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    Or think of funnels and look for the "pinch points"?

    The most obvious is the Internet connection. You've a bunch of Gigabit clients all funneling into 10 Mbps. Now that's a pinch point. The obvious answer is to upgrade service speeds. But maybe that's not an option so you implement QoS.

    Instead of dumping a gallon of water into the funnel all at once you only dump a cup at a time. That way if you have a high priority cup (fortnite) you can move it ahead of the lower priority cups (file transfers).​

    Look for other pinch points. Maybe you have a media server on WiFi. Let's call it 450 Mbps. Because you have other clients sharing WiFi now you're only 150 Mbps. Let's make it obvious and add a Gigabit Ethernet client (1,000 Mbps). The media server is on a pinch point so move it to hardwired Ethernet.

    Now let's get silly. You have a server connected to the router at Gigabit. You have a 16 port Gigabit switch connected to the router at Gigabit. Now all those clients are using that same Gigabit port to talk with the server, the Internet, printers and whatever else you have going on. You move the server onto the switch and you eliminate all that "client to server" traffic going over that switch-to-router link.

    Or let's say you've a lot of stuff on WiFi. It's shared by multiple clients so it is what it is. But one of the clients is on the fringe (kinda far away). He takes more time to do less thus getting more than his fair share at the expense of everyone else. So you wire him, move him closer, add an AP or fine tune some obscure parameters.
     
    Last edited: Mar 27, 2020 at 4:46 PM
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  14. raven-au

    raven-au Regular Contributor

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    Usually, yes, that's the "normal" way to tell whatever is used as the init system that a swap file is present, where it is, and that it's to be used.
    But it doesn't have to be done that way, all the fstab entry does is tell the init system to run the swapon command and provide the argument it needs.
     
  15. mteicher

    mteicher Regular Contributor

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    Not to go back and forth. I agree but its necessary to give guidance via fstab. Is there another way as fstab gives guidance.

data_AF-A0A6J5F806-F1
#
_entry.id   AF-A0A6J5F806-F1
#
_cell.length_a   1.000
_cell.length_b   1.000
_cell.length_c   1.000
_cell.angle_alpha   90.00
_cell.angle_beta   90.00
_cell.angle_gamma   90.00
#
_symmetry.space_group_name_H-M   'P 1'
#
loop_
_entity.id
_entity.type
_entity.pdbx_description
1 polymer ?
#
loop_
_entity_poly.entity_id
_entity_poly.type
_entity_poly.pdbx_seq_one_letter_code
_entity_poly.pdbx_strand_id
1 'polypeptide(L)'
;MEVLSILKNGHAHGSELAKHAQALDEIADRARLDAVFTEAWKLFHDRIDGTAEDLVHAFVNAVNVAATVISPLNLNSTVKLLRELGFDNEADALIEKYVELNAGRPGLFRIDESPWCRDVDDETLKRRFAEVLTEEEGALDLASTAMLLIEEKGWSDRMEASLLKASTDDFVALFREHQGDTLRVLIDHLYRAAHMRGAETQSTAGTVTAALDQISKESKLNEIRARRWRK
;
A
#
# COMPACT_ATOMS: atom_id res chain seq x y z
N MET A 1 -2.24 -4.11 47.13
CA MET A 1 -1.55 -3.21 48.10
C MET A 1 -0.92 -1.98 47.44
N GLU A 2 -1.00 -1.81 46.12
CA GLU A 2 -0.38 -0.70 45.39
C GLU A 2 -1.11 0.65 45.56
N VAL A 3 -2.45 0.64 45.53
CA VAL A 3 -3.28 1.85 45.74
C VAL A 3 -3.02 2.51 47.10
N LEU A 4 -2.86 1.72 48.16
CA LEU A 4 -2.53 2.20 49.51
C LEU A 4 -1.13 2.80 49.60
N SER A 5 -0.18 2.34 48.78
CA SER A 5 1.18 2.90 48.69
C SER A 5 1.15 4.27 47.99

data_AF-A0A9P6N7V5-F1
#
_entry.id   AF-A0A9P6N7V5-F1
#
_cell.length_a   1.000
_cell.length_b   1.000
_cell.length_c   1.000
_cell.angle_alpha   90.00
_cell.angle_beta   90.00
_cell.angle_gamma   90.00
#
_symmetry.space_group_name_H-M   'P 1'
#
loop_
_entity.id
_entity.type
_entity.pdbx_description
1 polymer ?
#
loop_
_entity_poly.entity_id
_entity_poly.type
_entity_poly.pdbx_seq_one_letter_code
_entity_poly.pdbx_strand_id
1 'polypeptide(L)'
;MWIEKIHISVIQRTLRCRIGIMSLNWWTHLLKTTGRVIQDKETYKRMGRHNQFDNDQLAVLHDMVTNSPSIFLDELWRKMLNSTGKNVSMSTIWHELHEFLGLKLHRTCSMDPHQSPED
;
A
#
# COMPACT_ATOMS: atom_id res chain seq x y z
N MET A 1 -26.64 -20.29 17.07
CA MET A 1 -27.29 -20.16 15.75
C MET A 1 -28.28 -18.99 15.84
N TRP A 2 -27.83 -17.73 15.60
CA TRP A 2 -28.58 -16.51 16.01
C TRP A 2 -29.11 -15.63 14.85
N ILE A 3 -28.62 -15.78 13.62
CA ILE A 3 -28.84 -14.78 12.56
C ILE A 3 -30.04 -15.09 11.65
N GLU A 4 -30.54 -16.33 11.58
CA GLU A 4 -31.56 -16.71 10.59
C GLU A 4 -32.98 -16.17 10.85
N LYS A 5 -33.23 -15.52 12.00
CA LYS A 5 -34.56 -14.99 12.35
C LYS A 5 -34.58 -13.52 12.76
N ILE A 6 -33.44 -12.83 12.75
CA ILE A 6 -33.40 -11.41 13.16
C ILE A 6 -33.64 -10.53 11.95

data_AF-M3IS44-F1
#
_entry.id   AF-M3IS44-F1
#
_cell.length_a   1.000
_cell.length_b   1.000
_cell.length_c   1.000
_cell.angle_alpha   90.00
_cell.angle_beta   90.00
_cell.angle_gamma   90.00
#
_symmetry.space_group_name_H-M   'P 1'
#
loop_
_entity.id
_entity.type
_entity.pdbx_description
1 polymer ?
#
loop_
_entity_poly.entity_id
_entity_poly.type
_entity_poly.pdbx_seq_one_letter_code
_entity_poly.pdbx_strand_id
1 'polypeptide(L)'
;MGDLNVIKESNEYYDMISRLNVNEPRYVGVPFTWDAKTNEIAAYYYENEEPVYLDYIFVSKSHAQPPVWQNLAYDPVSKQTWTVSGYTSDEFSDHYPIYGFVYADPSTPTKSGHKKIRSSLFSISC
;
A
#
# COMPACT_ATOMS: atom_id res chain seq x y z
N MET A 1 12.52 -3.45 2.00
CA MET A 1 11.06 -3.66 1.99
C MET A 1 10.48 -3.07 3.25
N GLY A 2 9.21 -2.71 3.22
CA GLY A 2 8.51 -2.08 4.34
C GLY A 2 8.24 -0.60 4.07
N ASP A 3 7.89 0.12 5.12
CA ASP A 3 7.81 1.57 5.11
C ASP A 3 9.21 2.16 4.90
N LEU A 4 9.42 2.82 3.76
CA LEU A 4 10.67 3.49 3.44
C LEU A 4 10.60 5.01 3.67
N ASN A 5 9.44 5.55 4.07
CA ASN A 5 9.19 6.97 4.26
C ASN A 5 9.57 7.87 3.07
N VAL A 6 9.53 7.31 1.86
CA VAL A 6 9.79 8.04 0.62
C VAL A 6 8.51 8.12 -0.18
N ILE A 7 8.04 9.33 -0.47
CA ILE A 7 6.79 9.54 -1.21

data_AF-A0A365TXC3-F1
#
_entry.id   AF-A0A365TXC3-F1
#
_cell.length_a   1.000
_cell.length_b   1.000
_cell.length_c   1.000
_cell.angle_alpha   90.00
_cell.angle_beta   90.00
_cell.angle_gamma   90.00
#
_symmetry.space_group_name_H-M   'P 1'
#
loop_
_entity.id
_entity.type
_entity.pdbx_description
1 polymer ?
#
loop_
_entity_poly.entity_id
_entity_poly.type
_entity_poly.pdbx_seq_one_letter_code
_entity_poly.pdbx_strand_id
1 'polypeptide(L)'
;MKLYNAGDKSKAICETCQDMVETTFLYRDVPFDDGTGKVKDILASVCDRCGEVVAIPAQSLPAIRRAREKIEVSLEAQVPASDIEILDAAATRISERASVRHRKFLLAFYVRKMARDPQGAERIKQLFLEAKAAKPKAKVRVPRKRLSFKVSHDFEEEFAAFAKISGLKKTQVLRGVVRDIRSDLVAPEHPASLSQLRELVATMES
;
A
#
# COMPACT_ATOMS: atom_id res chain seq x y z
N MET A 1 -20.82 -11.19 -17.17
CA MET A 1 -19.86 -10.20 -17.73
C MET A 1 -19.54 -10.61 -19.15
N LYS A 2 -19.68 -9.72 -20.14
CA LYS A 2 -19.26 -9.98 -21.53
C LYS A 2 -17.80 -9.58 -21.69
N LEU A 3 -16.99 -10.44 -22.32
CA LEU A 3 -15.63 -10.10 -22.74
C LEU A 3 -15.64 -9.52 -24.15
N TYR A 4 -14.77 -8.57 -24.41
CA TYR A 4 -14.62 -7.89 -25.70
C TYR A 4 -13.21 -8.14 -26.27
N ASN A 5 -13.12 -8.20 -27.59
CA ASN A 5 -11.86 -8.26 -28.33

16. raven-au

    raven-au Regular Contributor

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    Perhaps but there's not much guidance needed for swap.
    In any case there's nothing to discuss when your operating system doesn't use an fstab, such as most router firmware, including AsusWrt(+Merlin).
     
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  17. frankhere

    frankhere Occasional Visitor

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    So, to ~ practice~ I added a USB thumb drive to 1 node of the Asus Zenwifi router ( not to the router that is connected to the modem);
    Yet I do not 'see' this storage device when viewing from a Windows 10 computer. I do not have a need at this time to access storage remotely... this setup would be only to share files
    between devices within the home network.

    Hence my question:
    1. Is storage only supposed to be attached to the main router/connected to the cable modem?
    2. Is there another switch I have yet to turn on that I have missed?
    3. Does Windows 10 require some additional configuration ?


    I did look at what ASUS' tech briefs and did not find the solution there...perhaps I missed it.

    Any coaching is appreciated.

    upload_2020-3-31_11-16-8.png

    upload_2020-3-31_11-17-16.png
     
  18. Grisu

    Grisu Part of the Furniture

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    not supported on Aimesh nodes.
     
  19. frankhere

    frankhere Occasional Visitor

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    Hence, not on the node, but the primary router connected to the modem.... is that correct?

    ... and thanks for responding.
     
  20. Klueless

    Klueless Very Senior Member

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    On the off chance I actually understood the question;

    (Samba) SMB File Servers have gone through some number of updates. Routers typically support the older version (smaller footprint). Windows 10 has moved on.

    I don't remember the details but you might be able to re-enable Windows support for SMBv1 through "Windows Features" (which you might have to get from the Windows App Store since it's no longer standard with Windows 10? )

    Or through Windows File Manager by right clicking on "this PC" and manually mapping "network drive".

    Or something like that, it's been awhile.